When the German Bundesliga restarts on May 16 in empty stadiums, it will blaze a trail for other leagues shut down by the coronavirus.
The English Premier League, Serie A and La Liga will all be watching closely as the German competition faces risk factors which could lead to more disruption or another shutdown.
The German league says its plans minimise the risk from the virus. However, it's aware it needs to remain alert to finish the season in June as planned.
"Every game day is a chance to prove that we deserve the next game day," league CEO Christian Seifert said on Thursday.
Here are the potential risks associated with football restarting:
The German restart plan is built around regular coronavirus testing for players and staff, with more than 20,000 samples needed just to finish the season in the top two divisions.
Twelve people, among them players and staff, have tested positive since tests began last week of the 36 clubs in those divisions. Some have subsequently tested negative in follow-ups.
League rules aim both to slash the risk of players getting infected, and to limit the possible spread. Players, and anyone living with them, are asked to limit travel outside the home. Players leave the team bus in masks, and there's no pre-game handshake.
But the plan has limits. Germany isn't following South Korea's K-League with a ban on spitting or close-quarters conversations on the field. And if players test positive, clubs don't have to put the rest of the team in isolation.
Cologne player Birger Verstraete said he found it hard to focus on football when the club kept on training after two players and a physio tested positive last week. Contrast that with the K-League, which is imposing a two-week quarantine on any team with a positive test - and its recent opponents, too.
Even if the league's plan works perfectly, the coronavirus could still affect games.
The same German government meeting on Wednesday which allowed the Bundesliga to resume also outlined a so-called "emergency brake" mechanism. That allows regional officials to reimpose tough lockdown restrictions in their area if there's a major outbreak with more than 50 coronavirus cases per 100,000 people within a week.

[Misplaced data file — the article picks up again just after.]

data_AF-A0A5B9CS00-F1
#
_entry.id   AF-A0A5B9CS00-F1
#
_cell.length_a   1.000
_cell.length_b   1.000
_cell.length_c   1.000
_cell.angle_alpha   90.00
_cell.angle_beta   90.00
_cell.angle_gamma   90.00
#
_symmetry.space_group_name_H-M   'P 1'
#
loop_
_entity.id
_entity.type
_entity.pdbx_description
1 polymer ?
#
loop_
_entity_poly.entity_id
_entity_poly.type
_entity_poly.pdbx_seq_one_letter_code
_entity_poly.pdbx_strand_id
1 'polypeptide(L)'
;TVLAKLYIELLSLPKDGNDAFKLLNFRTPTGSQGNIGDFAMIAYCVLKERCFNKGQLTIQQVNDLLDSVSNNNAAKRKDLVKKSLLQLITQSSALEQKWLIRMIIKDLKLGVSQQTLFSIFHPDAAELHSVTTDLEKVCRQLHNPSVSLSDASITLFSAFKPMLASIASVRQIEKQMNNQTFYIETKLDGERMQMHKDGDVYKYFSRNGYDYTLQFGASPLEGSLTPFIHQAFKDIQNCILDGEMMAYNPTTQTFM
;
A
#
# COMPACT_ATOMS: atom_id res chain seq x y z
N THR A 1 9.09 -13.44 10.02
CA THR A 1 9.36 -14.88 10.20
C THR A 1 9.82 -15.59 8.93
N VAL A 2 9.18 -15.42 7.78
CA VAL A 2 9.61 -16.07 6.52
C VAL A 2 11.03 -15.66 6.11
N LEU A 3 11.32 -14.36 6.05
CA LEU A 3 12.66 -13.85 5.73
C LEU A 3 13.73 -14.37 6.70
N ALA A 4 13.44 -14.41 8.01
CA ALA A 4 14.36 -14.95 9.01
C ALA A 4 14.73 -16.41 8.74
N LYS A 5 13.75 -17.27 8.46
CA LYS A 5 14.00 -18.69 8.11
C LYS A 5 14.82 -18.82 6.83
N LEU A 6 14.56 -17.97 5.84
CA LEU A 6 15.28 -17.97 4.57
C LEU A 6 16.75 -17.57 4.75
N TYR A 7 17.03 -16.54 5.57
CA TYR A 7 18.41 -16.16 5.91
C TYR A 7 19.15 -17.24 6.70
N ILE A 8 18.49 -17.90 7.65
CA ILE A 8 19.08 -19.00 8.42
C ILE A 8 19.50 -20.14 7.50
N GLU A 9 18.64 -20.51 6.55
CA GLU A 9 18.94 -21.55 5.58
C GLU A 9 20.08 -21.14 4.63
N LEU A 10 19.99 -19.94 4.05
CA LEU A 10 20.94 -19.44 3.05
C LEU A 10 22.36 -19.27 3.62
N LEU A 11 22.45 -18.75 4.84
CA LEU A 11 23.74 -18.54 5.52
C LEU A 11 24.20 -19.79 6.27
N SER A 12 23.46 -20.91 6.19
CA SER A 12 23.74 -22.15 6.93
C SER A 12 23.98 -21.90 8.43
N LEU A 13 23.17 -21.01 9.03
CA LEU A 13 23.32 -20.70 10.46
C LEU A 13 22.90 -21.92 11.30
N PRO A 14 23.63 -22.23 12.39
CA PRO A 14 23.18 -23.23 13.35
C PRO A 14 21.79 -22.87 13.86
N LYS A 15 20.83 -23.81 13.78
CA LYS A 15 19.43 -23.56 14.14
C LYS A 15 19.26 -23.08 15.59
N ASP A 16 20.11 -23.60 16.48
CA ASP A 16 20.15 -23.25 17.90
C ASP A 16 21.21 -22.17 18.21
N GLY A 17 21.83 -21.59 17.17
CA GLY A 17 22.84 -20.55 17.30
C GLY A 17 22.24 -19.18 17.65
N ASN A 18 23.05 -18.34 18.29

It's not yet fully clear how those fallback measures might affect training and games without fans.
Even after the league set down rules, not everyone followed them.
Salomon Kalou has barely played this season, but he's affected the Bundesliga's public image more than the likes of Robert Lewandowski and Erling Haaland.
The 34-year-old Hertha Berlin forward posted video online showing him flouting social distancing rules by shaking hands with a teammate and a staff member, and bursting in on a teammate's coronavirus test.
Kalou apologised and was swiftly suspended, but he and the league's plan came in for widespread criticism in Germany.
Politicians and police are worried about fans turning up to games, even though they're not allowed in. Games could be shut down in extreme cases.
Several hundred fans of Borussia Monchengladbach gathered outside the stadium in March for the Bundesliga's only game in an empty stadium so far. When the league resumes, it will be with security guards inside and outside the arenas.
With the derby match between Borussia Dortmund and Schalke scheduled for May 16, passions will run high on the opening weekend.
Bremen state interior minister Ulrich Maurer suggested in March, before the league was suspended, that games in empty stadiums could have to be called off if fans gathered.
The police union in the state of North Rhine-Westphalia has also raised concerns.
A two-month break means players have had to recover fitness in a similar way to preseason training. Being out of practice could mean more injuries.
Some states allowed teams to return to training earlier than others, potentially giving them an advantage.
Werder Bremen, which was slower to return, wanted the restart delayed until May 23, citing fairness and injury risks. It had to settle for its opening game being played on Monday, May 18, as the last of that weekend's fixtures.
Some teams are still waiting for permission to resume full training, rather than working in small groups. With more midweek games than usual, fixture congestion could also pose fitness problems.
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